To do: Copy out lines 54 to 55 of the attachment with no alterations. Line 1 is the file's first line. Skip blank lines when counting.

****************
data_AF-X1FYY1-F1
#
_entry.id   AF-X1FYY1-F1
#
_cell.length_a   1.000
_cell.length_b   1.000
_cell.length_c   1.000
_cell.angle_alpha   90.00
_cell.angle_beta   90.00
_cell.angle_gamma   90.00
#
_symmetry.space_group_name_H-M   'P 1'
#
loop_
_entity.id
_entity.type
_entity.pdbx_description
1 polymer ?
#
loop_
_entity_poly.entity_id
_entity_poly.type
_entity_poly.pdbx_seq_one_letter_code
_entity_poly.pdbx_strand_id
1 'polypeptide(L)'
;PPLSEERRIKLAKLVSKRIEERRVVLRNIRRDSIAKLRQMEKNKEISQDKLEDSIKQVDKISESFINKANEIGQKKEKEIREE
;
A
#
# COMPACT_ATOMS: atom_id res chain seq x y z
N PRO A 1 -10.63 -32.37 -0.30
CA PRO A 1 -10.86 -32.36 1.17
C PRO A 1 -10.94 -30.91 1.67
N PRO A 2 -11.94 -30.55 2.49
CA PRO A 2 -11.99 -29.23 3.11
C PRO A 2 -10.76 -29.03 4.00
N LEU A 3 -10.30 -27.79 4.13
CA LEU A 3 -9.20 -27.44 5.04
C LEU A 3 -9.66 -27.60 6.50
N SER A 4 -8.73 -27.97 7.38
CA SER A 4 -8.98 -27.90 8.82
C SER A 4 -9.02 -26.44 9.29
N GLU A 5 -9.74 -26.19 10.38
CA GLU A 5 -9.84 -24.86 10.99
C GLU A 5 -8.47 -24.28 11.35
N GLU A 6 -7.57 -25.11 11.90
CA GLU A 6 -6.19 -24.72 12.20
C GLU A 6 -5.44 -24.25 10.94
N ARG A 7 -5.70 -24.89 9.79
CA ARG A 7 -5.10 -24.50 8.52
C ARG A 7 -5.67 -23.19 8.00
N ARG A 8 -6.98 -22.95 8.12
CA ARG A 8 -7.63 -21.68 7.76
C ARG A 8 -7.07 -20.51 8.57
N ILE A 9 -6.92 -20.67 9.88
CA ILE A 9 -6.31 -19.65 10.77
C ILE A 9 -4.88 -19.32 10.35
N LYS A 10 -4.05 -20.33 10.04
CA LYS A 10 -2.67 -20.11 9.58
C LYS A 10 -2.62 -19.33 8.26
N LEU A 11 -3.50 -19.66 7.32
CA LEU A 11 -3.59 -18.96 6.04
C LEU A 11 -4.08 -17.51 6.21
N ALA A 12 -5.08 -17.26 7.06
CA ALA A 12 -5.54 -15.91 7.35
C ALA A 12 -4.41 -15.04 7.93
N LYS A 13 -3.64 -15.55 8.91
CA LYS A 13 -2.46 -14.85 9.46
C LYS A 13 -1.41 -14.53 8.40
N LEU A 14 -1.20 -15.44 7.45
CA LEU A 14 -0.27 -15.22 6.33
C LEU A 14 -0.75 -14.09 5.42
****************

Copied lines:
C ARG A 8 -7.07 -20.51 8.57
N ILE A 9 -6.92 -20.67 9.88